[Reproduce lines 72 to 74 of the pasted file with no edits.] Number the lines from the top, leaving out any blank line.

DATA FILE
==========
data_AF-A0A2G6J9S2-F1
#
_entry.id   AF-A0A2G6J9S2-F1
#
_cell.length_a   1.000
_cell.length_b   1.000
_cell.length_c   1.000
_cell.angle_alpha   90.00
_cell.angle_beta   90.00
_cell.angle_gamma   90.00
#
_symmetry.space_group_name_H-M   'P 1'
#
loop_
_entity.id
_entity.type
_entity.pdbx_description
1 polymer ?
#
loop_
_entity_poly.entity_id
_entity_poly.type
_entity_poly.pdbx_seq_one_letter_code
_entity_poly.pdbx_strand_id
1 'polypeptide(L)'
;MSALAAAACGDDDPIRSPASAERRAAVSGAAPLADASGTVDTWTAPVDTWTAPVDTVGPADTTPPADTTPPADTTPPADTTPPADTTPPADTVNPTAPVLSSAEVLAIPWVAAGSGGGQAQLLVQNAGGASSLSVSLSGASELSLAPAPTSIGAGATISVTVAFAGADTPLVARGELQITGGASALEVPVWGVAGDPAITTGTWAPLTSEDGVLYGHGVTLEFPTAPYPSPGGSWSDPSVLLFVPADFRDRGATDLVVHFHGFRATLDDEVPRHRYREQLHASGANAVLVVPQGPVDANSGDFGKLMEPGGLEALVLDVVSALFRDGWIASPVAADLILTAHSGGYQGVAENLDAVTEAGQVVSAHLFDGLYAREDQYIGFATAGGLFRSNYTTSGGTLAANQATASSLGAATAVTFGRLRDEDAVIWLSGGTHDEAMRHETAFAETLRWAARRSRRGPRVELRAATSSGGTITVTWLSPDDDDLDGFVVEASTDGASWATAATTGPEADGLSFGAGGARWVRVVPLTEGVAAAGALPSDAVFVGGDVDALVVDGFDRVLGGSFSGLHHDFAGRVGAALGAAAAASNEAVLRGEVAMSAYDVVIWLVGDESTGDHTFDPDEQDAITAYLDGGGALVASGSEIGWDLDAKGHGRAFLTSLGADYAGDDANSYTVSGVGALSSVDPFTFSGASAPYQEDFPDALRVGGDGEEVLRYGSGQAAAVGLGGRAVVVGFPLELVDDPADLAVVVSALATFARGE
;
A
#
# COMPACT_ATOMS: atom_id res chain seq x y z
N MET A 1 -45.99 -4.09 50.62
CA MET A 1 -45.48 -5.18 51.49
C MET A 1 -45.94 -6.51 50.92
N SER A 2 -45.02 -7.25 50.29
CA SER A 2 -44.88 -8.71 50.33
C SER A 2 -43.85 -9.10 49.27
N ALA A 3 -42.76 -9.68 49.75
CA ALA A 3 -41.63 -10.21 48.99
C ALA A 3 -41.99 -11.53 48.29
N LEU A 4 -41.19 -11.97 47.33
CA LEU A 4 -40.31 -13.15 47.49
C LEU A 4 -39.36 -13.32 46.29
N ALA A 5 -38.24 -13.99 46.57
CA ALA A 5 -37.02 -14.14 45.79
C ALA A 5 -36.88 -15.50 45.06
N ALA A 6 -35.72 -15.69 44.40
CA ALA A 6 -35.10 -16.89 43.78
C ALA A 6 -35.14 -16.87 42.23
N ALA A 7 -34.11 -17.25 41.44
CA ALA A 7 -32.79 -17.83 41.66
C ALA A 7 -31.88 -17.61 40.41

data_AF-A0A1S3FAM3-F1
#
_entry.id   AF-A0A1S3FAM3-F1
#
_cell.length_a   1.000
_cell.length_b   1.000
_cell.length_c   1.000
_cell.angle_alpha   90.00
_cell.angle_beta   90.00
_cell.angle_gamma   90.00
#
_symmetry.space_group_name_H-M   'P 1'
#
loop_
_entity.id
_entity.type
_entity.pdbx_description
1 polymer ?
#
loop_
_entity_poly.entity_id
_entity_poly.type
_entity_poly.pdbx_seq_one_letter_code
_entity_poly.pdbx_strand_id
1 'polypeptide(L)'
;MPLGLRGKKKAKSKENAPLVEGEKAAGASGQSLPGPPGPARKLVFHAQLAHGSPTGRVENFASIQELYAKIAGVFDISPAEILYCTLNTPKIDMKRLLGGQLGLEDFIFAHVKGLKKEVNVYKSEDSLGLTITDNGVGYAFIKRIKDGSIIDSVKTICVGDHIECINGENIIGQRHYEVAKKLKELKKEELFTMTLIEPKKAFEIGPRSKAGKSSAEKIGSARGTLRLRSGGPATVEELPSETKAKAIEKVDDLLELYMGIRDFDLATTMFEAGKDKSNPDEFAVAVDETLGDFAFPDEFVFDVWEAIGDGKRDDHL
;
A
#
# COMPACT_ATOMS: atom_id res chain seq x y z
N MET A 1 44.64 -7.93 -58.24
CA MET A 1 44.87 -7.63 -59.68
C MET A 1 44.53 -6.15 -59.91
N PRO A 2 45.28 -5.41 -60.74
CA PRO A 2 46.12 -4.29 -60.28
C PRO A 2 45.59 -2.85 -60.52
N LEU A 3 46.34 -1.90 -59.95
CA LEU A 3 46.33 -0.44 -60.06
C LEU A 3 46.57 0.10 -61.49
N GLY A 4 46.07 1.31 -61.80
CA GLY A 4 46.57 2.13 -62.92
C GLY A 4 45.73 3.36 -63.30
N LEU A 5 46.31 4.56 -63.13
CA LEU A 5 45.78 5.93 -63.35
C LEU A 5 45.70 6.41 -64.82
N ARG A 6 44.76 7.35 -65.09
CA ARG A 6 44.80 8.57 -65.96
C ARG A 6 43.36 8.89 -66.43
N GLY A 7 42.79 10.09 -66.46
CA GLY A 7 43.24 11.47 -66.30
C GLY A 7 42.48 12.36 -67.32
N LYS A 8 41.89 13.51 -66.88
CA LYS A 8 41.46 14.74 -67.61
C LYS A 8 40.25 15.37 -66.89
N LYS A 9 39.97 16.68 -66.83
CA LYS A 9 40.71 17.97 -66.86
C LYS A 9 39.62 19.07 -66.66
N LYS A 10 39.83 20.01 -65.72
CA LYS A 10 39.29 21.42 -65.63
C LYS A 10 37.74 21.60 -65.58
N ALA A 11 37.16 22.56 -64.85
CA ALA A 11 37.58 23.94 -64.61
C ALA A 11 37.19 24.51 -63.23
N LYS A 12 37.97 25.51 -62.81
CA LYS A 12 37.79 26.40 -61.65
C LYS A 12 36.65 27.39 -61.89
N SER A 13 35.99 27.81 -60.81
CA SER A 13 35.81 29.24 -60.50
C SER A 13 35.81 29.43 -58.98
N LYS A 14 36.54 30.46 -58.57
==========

_entity_poly.entity_id
_entity_poly.type
_entity_poly.pdbx_seq_one_letter_code